Brahminy’s prayer, and tips for welcoming children

Do you know the child who spends every service lolling on the floor, or chatting quietly to herself at the dolls house, or snipping paper into a thousand little triangles? The child who rarely speaks, never sings and shakes her head violently when invited to participate? The child whose back is to the congregation and who seems oblivious to everything that goes on around her? Continue reading “Brahminy’s prayer, and tips for welcoming children”

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#34: Pester, Persist: #40ways40days

Jesus told his disciples a parable about their need to pray always and not to lose heart. He said, ‘In a certain city there was a judge who neither feared God nor had respect for people. In that city there was a widow who kept coming to him and saying, ‘Grant me justice against my opponent.’ For a while he refused; but later he said to himself, ‘Though I have no fear of God and no respect for anyone, yet because this widow keeps bothering me, I will grant her justice, so that she may not wear me out by continually coming.’’ And the Lord said, ‘Listen to what the unjust judge says. And will not God grant justice to his chosen ones who cry to him day and night? Will he delay long in helping them? I tell you, he will quickly grant justice to them. And yet, when the Son of Man comes, will he find faith on earth?’ (Luke 18:1-8) 

I have a seven-year-old granddaughter by marriage named Madeline. She is blond, skinny, and tall for her age. When she comes to visit, we cook together. Our most successful dishes to date have been mashed sweet potatoes with lots of butter and crescent dinner rolls made from scratch. From the day Madeline was born, we have been able to look each other straight in the eye with no sentimentality whatsoever. The tartness of our love for one another continues to surprise me. It is easy to forget she is seven years old. Continue reading “#34: Pester, Persist: #40ways40days”

The scent of gratitude

Listen here.

What would you spend a year’s wages on? A house deposit? A fancy car? A university education? How about some fabulously expensive perfume for a man about to die? In tonight’s reading, that’s exactly what Mary does. Jesus is visiting Mary, Martha, and their brother Lazarus, whom he had recently raised from the dead. While the men are reclining at the table, Mary brings in an eye-wateringly expensive jar of perfume and uses it to anoint Jesus. And then, in the gospel according to John, she wipes Jesus’ feet with her hair. Continue reading “The scent of gratitude”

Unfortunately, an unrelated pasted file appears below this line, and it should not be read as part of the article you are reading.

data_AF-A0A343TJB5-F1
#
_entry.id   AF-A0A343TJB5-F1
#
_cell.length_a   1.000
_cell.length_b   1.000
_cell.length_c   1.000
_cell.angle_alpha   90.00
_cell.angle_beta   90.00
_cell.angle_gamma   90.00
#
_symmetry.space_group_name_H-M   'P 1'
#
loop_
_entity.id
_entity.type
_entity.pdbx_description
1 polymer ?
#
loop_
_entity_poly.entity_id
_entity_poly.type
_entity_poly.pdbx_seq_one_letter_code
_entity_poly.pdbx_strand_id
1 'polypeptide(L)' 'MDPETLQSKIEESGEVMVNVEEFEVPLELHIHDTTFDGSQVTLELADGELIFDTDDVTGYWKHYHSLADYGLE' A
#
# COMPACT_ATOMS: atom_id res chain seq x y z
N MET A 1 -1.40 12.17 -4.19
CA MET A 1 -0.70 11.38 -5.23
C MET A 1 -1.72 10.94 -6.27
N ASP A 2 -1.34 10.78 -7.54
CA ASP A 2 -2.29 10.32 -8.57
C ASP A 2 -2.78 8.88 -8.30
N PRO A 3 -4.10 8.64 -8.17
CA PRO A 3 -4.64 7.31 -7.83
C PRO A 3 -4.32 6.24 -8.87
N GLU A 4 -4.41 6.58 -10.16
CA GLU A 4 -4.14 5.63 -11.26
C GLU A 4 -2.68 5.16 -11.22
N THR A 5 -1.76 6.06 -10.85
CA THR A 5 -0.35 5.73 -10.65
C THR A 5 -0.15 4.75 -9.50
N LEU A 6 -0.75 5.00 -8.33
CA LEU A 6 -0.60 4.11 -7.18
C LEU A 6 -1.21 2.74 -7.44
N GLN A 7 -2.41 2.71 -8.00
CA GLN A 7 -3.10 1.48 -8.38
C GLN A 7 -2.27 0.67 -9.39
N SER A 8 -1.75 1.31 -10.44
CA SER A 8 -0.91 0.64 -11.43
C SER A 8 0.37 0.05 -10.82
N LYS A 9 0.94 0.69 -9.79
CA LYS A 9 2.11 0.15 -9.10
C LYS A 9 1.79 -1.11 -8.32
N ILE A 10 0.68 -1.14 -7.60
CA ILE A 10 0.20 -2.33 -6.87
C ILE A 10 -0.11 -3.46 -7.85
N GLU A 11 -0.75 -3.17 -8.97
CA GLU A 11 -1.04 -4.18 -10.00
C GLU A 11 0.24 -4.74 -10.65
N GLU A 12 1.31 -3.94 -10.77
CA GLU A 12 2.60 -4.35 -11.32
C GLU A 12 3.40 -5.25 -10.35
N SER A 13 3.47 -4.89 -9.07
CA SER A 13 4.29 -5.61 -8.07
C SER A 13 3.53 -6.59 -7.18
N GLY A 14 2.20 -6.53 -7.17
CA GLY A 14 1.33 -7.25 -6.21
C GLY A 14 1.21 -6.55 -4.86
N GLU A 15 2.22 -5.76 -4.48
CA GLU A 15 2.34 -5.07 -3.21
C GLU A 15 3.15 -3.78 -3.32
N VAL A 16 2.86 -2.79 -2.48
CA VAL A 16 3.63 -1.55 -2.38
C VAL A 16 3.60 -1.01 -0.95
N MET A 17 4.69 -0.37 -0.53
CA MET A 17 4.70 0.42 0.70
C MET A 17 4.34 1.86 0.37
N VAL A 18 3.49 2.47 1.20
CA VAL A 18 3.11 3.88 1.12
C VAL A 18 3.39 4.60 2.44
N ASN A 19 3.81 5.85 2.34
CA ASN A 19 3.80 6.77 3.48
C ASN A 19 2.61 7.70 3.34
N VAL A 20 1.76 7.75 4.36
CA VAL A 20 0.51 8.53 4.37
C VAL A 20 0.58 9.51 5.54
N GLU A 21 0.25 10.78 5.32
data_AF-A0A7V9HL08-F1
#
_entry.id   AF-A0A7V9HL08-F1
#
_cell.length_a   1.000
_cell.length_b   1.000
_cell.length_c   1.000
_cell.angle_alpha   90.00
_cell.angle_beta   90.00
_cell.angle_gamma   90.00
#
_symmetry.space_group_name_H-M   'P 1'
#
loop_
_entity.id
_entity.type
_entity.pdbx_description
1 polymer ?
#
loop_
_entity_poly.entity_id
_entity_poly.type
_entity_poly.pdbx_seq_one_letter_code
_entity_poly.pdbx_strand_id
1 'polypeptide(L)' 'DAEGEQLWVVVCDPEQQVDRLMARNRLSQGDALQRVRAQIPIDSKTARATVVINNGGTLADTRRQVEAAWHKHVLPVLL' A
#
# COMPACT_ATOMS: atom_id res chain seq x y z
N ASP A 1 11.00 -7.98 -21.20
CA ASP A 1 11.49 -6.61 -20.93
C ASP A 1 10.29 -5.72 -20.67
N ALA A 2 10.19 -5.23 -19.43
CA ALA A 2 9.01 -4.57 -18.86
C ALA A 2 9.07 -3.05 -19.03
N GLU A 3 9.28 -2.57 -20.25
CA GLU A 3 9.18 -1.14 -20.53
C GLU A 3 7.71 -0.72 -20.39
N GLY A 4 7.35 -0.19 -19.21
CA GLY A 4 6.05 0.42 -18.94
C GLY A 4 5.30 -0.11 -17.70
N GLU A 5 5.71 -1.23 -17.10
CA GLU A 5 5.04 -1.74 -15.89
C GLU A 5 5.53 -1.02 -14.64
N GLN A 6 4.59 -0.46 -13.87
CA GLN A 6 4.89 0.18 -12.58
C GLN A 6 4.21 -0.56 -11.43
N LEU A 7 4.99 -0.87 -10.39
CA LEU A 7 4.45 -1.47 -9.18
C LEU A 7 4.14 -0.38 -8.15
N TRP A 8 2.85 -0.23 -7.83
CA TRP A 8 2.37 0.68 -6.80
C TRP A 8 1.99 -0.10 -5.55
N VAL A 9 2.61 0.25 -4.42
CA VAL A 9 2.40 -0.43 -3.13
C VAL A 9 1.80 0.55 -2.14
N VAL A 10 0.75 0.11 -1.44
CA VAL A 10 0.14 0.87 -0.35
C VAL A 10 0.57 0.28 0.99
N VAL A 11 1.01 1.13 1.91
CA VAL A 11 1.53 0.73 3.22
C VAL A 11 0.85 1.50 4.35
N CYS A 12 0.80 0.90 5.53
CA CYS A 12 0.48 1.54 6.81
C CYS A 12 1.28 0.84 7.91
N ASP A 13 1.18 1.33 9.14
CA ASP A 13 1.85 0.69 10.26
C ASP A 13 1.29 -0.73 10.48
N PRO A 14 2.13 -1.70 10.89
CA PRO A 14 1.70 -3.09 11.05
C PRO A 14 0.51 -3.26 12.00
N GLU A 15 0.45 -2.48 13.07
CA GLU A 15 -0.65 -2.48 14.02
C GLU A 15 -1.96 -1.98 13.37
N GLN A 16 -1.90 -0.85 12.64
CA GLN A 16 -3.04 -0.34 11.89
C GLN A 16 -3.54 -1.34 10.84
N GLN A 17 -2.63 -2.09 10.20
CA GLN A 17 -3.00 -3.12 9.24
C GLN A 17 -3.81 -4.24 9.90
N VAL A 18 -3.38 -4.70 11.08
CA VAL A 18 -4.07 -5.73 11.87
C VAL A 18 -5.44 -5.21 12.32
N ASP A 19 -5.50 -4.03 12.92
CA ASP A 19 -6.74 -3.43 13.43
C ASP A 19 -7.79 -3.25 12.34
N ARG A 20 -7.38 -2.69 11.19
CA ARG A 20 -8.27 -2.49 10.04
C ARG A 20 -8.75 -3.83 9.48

Many doubts and scattered stones

Sitting in the dirty police cell we discussed what we would say. “Don’t admit anything,” the team leader said. “They can’t prove anything.” Three of us had been making our way north from Guangzhou to Xi’an distributing bible tracts that connected readers with the underground church. We would go out at night dressed in dark clothes and leave them all around rural villages and towns before moving on the next day. If travelling by bus, we would also drop the occasional tract out of the rear window since many people travelled on foot along the roads. This was how we were caught. Continue reading “Many doubts and scattered stones”

Holy Gossip

Listen here.

Tonight’s passage from the Epistle of James scares the living daylights out of me. Apparently, my tongue is a deadly fire. It stains the whole body. It is a restless evil, full of poison. And as one who speaks to the gathered community, I will be judged with greater strictness for my speech. Even worse, this passage is often used to preach against gossip: that form of talking about people which is so often done by women. I should be quaking in my boots — and believe me, I am! For I am a woman who regularly chats with people about people. And yet, while there is no doubt in my mind that careless and malicious words can be incredibly destructive, I’d like to step back, and take a good look at gossip. Continue reading “Holy Gossip”

State of the Union

This coming Sunday, we will re-form our congregation. After the Apostles Creed, those who are willing will be invited to stand and make a commitment to one another to journey together for the next twelve months. All are welcome: young or old, recent arrival or long-term participant, baptised or unbaptised, strong in faith or full of doubt. For we gather around Jesus Christ’s own table, and he invites everybody: no distinctions, no exceptions, no qualifying requirements. All you need to throw in your lot with us is a willingness to travel with us, and a readiness to give the elements of the commitment a red hot go, as we seek to live into God’s future together.  Continue reading “State of the Union”

Strong in faith, free of doubt? Yeah, right!

Every week in common time, we end communion by singing “Halleluya! We sing your praises”, in which we claim that we are “strong in faith, free of doubt“. “And yet,” someone said to me recently, “I’m not free of doubt!” This came hard on the heels of a conversation I had with someone else, a deeply committed and faithful Christian who attends church most weeks, and who nevertheless has always struggled with any sense of a personal faith.  Continue reading “Strong in faith, free of doubt? Yeah, right!”

Loneliness, Mess and Abundance

Jesus is surrounded by a huge crowd of hungry people: the disciples don’t know how to feed them. But there’s a boy with five loaves and two fish. Jesus has all the people sit down on the grass. He blesses the food, and shares it: and there’s so much that everyone there has more than enough to eat, with leftovers. How does this story speak into one person’s life? Here’s Lucy’s response. Continue reading “Loneliness, Mess and Abundance”

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